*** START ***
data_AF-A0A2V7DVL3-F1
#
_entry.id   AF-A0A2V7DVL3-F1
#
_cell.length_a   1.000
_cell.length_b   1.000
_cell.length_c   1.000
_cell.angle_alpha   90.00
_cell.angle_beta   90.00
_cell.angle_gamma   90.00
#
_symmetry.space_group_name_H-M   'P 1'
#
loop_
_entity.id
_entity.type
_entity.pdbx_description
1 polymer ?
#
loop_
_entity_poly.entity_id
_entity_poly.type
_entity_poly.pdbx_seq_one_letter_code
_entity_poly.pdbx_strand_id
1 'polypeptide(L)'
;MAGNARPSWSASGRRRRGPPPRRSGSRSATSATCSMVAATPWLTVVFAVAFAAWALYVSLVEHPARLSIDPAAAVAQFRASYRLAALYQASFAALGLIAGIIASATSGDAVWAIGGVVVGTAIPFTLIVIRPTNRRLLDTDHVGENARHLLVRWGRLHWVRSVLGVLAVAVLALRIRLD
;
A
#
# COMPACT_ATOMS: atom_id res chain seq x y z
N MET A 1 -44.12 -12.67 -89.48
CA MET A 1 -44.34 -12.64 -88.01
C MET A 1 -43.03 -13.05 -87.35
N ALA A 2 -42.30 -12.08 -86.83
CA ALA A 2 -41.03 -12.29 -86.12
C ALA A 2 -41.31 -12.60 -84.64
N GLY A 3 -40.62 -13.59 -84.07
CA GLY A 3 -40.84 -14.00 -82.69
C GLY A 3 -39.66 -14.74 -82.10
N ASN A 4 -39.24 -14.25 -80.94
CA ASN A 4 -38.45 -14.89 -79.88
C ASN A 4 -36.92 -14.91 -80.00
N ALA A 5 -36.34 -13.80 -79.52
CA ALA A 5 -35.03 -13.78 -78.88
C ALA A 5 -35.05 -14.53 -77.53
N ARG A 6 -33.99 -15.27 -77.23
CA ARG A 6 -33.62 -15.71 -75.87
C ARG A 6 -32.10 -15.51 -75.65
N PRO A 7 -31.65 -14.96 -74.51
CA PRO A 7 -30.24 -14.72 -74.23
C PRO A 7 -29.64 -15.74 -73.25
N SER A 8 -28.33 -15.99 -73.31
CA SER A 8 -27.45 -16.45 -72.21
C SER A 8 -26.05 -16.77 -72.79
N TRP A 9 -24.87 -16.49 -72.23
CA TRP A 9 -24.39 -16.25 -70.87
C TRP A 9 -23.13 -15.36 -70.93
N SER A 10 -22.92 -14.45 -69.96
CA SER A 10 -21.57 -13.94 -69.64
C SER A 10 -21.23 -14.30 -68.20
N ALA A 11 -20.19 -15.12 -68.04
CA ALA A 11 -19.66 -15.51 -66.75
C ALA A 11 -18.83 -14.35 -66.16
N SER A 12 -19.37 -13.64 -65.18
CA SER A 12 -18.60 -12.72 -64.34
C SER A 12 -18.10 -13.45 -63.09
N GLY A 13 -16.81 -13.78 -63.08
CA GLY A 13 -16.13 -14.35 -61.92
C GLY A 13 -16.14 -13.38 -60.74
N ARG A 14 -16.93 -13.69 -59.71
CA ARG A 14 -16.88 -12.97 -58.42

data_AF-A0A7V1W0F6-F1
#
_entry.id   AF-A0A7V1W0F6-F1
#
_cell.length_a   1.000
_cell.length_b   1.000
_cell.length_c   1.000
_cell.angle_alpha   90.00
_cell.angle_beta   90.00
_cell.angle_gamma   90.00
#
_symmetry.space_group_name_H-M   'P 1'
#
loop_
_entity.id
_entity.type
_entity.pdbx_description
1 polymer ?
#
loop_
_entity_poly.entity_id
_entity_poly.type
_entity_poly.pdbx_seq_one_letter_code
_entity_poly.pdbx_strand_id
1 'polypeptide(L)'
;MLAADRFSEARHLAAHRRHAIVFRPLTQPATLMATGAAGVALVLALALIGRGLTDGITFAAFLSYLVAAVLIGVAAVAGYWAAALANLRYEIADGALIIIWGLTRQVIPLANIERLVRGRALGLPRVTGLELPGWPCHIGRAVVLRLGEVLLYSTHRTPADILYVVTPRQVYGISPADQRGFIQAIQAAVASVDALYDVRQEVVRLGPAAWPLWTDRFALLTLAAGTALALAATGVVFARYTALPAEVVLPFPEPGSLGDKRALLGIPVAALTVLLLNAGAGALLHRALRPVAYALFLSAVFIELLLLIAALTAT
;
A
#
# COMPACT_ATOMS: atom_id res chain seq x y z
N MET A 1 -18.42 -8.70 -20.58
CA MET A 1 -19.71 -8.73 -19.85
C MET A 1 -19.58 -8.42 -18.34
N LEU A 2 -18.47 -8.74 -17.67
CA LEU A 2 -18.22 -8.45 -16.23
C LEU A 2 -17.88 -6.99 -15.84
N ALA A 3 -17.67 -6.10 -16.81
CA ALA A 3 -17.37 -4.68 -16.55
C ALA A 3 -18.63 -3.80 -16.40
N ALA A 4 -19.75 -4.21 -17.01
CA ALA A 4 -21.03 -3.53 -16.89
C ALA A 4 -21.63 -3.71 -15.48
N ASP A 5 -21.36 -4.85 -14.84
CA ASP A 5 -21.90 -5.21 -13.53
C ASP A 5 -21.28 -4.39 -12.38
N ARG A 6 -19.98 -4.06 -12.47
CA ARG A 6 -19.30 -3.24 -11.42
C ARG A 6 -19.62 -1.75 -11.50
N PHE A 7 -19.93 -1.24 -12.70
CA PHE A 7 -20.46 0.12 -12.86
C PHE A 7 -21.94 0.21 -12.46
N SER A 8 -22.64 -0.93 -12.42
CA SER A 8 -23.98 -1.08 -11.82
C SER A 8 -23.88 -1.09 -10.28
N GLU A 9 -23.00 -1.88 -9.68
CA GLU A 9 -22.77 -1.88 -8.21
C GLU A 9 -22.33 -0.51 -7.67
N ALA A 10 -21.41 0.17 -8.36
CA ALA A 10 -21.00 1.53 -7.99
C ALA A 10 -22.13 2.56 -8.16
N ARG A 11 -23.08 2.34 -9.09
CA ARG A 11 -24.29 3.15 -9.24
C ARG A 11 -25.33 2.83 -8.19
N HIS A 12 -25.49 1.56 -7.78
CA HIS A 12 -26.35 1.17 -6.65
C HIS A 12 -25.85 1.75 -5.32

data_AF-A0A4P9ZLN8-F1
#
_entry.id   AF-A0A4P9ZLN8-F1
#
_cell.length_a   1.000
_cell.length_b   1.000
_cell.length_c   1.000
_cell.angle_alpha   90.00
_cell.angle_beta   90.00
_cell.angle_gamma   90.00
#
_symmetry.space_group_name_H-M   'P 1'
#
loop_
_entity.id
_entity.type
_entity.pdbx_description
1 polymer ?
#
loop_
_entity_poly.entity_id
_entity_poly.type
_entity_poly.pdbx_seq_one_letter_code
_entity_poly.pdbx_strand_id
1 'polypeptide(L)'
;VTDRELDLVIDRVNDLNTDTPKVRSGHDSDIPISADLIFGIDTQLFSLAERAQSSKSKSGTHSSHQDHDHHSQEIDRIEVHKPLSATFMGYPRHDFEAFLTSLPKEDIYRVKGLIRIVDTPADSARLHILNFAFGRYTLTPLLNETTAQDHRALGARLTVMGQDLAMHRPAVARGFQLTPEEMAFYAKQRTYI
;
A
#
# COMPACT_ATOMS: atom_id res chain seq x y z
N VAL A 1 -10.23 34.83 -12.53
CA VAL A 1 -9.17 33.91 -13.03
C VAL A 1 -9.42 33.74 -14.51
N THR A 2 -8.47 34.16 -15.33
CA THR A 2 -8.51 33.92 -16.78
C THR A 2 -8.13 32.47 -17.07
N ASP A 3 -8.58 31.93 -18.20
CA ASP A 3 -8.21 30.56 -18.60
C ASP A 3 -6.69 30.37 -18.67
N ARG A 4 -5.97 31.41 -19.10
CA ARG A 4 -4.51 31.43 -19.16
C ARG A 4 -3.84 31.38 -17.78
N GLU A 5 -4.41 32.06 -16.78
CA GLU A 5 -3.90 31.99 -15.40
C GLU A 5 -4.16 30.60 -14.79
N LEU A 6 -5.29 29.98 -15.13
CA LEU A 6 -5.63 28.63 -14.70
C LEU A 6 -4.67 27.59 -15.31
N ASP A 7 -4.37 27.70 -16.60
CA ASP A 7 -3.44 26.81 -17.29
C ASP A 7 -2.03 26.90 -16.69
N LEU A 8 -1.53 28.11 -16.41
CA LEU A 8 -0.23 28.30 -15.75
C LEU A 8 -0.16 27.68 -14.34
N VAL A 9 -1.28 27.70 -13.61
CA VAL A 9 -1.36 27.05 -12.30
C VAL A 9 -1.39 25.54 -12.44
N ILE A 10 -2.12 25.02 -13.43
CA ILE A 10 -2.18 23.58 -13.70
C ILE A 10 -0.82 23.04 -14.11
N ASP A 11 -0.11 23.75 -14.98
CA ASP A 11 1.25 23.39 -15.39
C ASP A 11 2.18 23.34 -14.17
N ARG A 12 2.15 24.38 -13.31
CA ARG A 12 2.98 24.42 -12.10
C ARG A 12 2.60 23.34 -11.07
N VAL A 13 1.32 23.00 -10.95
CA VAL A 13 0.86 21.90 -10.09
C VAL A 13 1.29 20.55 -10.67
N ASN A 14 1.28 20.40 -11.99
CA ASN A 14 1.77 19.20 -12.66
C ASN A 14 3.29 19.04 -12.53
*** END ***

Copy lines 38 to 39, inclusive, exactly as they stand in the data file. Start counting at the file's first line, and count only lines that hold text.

CA GLY A 3 -40.84 -14.00 -82.69
C GLY A 3 -39.66 -14.74 -82.10